The Supreme Court has dismissed an appeal by Pimlico Plumbers over the employment status of a plumbing and heating engineer in what has been called a landmark ruling for workers in the gig economy.
The judgement upholds decisions by the Employment Tribunal, Employment Appeal Tribunal and Court of Appeal, which found plumber Gary Smith was engaged by the London firm as a “worker”, despite being described in his contract as an “independent contractor”.
This means he is entitled to employment rights including sick pay, holidays and protection from discrimination.
Charlie Mullins, founder of Pimlico Plumbers, argued that Smith was self-employed because he was free to substitute someone else to carry out his work and accept outside jobs, though not if they were offered by one of Pimlico’s clients.
Substitution was a key issue addressed in the case. The court considered whether Smith had to carry out his work personally, which would imply that he was a worker and not self-employed, or whether he could send someone else.
The contract stated Smith could arrange for the work to be done by another “Pimlico operative” if, for example, he was offered a higher-paid job.
However, the court ruled that the employment tribunal was “entitled to conclude” that Smith was a worker because “the dominant feature of [his] contract was that he must do the work himself” and his right to ask someone else was limited.
Judge Lord Wilson of Culworth said: “To the extent that his facility to appoint a substitute was the product of a contractual right, the limitation of it was significant: the substitute had to come from the ranks of Pimlico operatives, in other words from those bound to Pimlico by an identical suite of heavy obligations.”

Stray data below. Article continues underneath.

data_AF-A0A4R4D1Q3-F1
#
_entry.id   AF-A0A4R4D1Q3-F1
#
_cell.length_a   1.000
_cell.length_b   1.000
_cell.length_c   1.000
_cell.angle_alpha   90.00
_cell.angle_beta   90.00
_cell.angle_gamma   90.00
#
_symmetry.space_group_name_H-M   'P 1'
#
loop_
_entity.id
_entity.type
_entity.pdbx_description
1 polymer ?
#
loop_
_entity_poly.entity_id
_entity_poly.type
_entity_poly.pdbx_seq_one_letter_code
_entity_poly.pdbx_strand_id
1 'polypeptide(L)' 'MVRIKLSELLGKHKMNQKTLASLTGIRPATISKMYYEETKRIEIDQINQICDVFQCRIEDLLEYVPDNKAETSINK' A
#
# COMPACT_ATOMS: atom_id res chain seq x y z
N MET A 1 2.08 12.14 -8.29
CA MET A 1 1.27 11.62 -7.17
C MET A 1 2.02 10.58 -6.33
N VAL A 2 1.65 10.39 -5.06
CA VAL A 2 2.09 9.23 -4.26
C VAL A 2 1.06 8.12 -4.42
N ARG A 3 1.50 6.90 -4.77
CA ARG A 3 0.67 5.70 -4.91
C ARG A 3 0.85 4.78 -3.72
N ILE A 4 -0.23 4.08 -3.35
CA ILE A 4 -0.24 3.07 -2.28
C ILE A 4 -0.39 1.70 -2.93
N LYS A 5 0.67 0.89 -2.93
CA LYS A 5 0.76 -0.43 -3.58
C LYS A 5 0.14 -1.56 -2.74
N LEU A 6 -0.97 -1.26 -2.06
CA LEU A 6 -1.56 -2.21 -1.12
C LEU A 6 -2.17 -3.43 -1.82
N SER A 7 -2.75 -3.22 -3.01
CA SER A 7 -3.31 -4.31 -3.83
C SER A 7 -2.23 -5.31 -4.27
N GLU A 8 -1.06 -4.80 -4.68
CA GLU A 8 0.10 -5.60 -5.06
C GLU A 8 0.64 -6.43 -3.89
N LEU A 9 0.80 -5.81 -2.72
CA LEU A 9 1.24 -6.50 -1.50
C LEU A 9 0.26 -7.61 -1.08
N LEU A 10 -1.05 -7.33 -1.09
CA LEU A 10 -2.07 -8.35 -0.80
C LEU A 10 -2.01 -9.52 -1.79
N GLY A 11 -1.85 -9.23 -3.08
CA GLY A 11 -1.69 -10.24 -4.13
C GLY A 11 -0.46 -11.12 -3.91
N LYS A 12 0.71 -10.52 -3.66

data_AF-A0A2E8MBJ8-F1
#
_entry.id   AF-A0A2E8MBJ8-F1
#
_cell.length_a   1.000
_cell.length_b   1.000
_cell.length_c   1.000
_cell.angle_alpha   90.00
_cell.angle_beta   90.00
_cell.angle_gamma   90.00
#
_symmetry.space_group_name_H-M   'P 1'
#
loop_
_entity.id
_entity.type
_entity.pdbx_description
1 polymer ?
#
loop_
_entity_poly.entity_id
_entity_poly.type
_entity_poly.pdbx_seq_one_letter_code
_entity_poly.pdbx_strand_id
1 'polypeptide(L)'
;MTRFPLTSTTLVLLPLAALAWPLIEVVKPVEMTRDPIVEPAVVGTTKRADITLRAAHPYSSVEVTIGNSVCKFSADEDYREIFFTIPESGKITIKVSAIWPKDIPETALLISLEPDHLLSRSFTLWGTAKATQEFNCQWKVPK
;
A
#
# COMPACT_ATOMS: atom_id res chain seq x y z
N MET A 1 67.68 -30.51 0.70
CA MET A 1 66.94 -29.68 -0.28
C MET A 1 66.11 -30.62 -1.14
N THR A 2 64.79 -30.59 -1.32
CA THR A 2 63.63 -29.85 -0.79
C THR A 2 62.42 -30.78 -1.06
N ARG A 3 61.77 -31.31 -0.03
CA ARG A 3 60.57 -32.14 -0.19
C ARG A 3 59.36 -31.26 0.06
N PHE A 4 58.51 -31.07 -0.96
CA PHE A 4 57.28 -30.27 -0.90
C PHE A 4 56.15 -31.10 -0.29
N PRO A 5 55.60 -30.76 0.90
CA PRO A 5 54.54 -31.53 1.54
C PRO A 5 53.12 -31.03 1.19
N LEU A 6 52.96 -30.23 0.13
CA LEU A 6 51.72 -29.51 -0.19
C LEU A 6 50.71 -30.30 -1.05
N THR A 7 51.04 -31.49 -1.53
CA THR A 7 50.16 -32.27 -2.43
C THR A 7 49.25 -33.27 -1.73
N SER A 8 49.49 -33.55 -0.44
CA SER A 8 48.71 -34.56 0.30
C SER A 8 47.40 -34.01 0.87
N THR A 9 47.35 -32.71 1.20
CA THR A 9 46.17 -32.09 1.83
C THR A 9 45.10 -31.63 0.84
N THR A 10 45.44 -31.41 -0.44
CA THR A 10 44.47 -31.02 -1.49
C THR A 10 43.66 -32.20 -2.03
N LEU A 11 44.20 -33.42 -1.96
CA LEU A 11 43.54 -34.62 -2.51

Under his agreement with Pimlico Plumbers, Smith was also required to wear a company-branded uniform, rent a van displaying the firm’s logo and work at least 40 hours in a five-day week.
Lord Wilson said: “In his judgment in the appeal tribunal Judge Serota QC concluded that, on the one hand, Pimlico wanted to present their operatives to the public as part of its workforce but that, on the other, it wanted to render them self-employed in business on their own account; and that the contractual documents had been ‘carefully choreographed’ to serve these inconsistent objectives.”
He said the company “exerted a substantial measure of control over its operatives”, adding: “There were features of the contract which strongly militated against recognition of Pimlico as a client or customer of Mr Smith. Its tight control over him was reflected in its requirements that he should wear the branded Pimlico uniform; drive its branded van, to which Pimlico applied a tracker; carry its identity card; and closely follow the administrative instructions of its control room.
“The severe terms as to when and how much it was obliged to pay him, on which it relied, betrayed a grip on his economy inconsistent with his being a truly independent contractor. The contract made references to ‘wages’, ‘gross misconduct’ and ‘dismissal’. Were these terms ill-considered lapses which shed light on its true nature? And then there was a suite of covenants restrictive of his working activities following termination.”